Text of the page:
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Cooper, Arthur  

Barbara A. White

African Methodist Episcopal (AME) elder and leader in the African American community on Nantucket, was born on the plantation of David Ricketts on the outskirts of Alexandria, Virginia, where he was called George. The names of his parents are unknown.

There are conflicting accounts as to when Cooper fled Virginia. It is also unclear whether he fled with his wife, or whether he married a free woman in New Bedford, Massachusetts. (Little is known about his wife, Mary, other than her birth year of 1785.) All accounts do agree that he fled from Virginia with other fugitives on the packet ship Regulator, which hailed from New Bedford. Shortly after his arrival in New Bedford, George assumed the name Arthur Cooper and the following year, the Coopers' first child, Eliza Ann, was born. Sons Cyrus and Randolph were born in 1812 and 1814 respectively Randolph was probably ...


Ferebee, London R.  

Laura Murphy

writer, sailor, soldier, teacher, and minister, was one of ten children born in North Carolina to Abel Ferebee, a slave and minister of the African Methodist Episcopal (AME) Zion Church, and Chloe (maiden name unknown), a slave. When London was young his mother was sold, apparently because of her unwillingness to submit to her master and her ability to beat him in a fight. She was sold to a speculator, who offered to sell her to her husband or his master, who had allowed Ferebee to hire himself out to a local farmer so that they both profited from his labor. When she was subsequently bought by one of the two men—it is unclear which—London and two of his siblings were allowed to move with her, though they all remained enslaved.

Once he was old enough to begin laboring London was immediately set to ...


Osborne, William T.  

Edith L. Blumhofer

pastor and educator, was born in slavery at Burnt Corn, near Monroeville, Monroe County, Alabama, one of twelve children born of John (surname unknown), a Native American (probably Creek), and Rachel (surname unknown), a Virginia-born mixed-race slave of the Tait family. In the late spring of 1865, Osborne, an eleven-year-old attracted by uniforms and drums, followed the soldiers of the 117th Illinois Infantry as they marched through Monroeville for points beyond. He made himself useful in practical ways to the officers and men, and he won the sympathy of Lt. Col. Jonathan Merriam (whose horse became Osborne's special responsibility). When Merriam was mustered out of the army on 5 August 1865 Osborne accompanied him to Merriam s farm near Atlanta Logan County Illinois Merriam was a prosperous farmer who was active in Illinois politics and was an ardent Protestant and he promised the illiterate Osborne a home ...


Singleton, William Henry  

Timothy J. McMillan

slave, Civil War veteran, author, and itinerant minister, was born in New Bern, North Carolina. His mother was Lettice Nelson, a slave on John Nelson's plantation at Garbacon Creek in eastern North Carolina; his father was a white man believed to be William Singleton. As a young child of four, William was sold by his owner and thus separated from his mother and two brothers for the first time.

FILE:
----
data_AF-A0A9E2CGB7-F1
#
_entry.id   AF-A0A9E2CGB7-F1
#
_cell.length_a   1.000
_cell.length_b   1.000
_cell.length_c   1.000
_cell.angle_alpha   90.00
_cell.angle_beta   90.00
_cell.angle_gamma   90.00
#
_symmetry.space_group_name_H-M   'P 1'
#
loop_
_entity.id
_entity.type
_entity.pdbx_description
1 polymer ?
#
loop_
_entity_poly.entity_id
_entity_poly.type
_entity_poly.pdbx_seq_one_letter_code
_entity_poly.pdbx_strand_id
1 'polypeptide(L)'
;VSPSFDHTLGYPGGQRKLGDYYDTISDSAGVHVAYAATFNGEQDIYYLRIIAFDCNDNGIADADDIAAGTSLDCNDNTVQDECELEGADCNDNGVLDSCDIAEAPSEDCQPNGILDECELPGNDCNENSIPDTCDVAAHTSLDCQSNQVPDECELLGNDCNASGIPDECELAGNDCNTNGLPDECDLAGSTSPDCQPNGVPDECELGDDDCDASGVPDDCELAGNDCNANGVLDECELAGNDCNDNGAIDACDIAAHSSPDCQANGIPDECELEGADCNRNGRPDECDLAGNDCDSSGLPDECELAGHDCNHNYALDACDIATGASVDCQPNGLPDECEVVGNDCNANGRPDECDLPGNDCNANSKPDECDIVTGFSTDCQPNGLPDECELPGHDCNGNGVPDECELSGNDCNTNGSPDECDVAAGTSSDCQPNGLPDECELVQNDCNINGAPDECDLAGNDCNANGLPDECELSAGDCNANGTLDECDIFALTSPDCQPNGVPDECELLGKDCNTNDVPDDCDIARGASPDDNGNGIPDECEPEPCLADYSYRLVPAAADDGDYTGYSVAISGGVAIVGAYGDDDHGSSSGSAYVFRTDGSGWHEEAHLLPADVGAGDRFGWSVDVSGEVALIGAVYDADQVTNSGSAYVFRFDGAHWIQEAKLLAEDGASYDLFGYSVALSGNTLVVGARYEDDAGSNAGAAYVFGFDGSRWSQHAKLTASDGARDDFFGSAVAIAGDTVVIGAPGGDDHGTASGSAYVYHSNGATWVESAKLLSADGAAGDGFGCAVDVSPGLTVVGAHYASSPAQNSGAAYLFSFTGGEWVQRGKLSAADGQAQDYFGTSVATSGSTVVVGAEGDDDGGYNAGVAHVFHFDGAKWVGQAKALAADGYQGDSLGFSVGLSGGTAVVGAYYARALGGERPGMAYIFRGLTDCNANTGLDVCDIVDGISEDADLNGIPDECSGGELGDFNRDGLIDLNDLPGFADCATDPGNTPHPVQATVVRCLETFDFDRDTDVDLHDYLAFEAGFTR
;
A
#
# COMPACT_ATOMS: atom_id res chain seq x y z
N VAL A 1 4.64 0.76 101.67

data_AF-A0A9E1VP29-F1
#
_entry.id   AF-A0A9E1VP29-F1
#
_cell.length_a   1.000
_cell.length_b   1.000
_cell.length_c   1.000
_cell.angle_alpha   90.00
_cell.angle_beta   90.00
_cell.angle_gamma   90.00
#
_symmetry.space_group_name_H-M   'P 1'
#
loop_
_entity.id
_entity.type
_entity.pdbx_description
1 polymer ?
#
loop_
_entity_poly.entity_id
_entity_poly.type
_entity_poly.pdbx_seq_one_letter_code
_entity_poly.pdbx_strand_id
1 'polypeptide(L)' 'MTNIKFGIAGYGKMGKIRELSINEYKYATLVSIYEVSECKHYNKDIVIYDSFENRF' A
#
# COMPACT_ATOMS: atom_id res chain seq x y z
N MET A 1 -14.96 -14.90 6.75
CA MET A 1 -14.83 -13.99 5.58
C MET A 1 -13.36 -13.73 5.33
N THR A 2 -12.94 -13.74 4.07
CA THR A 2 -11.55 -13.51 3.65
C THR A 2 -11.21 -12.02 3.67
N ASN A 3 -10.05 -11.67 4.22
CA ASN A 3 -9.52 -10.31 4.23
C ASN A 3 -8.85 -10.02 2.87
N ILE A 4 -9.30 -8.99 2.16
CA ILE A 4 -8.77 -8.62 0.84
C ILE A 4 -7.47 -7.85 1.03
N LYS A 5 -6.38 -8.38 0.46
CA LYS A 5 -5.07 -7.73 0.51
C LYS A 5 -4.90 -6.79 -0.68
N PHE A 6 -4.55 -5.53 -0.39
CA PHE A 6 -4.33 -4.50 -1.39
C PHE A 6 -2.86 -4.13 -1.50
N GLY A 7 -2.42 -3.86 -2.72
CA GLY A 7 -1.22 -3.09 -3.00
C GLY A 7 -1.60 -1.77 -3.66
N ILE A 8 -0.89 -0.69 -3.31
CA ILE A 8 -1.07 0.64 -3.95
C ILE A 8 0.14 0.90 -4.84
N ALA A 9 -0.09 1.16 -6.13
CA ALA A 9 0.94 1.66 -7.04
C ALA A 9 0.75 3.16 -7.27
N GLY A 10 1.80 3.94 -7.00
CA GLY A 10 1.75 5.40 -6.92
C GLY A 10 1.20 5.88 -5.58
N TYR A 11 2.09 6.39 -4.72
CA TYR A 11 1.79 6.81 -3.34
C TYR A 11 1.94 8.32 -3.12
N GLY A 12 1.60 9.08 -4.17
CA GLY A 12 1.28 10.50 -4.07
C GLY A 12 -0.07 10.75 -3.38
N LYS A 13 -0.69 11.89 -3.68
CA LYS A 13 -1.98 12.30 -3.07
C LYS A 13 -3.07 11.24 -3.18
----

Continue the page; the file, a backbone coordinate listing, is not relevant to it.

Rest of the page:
Singleton was purchased by a Georgia widow who speculated in slaves buying people cheaply when they were young and selling them at a premium when they had reached adulthood He was given the common tasks of a slave child running errands and carrying goods Around the age of six Singleton decided to escape the constant whippings and his bondage in Georgia and return to New Bern He was able to ride a stagecoach from ...


Smith, Owen L. W.  

Steven J. Niven

minister, magistrate, and diplomat, was born Owen Lun West Smith in Giddensville, Sampson County, North Carolina, the son of Ollen Smith and Maria (Hicks), both slaves. Although Owen was only ten years old when the Civil War broke out in 1861, he served for part of the war as the personal servant of a Confederate officer, most likely his owner or a son of his owner. Several accounts suggest that Smith was present at the Battle of Bentonville in North Carolina near the war's end in March 1865. Some of these accounts insist that he was still a body servant for a Confederate soldier. Others claim that that by the age of thirteen, in 1864 Smith like many eastern North Carolina slaves and some buffaloes poor whites hostile to the area s wealthy and all powerful slave owners had fled the Confederate lines to ...


Tilmon, Levin  

Jared Winston Hickman

pastor and community activist, was born in Caroline County, Maryland, to an unnamed father and Sidney Rotter, both slaves. After he was manumitted at a young age, Tilmon's mother (who was also manumitted) indentured him in or around 1815 to a farmer in Northern Delaware. Life as an indentured servant was not much better than life as a slave, and on multiple occasions Tilmon physically resisted cruel masters. Around 1824 Tilmon escaped on a vessel via the Delaware River to Philadelphia but was quickly recaptured and jailed While in jail Tilmon learned that his insolvent master planned to sell him out of state to a slave trader which was considered kidnapping under Delaware state law With the help of the community and through legal means Tilmon was able to free himself from his master and finish the four remaining years of his indenture in Wilmington Delaware serving ...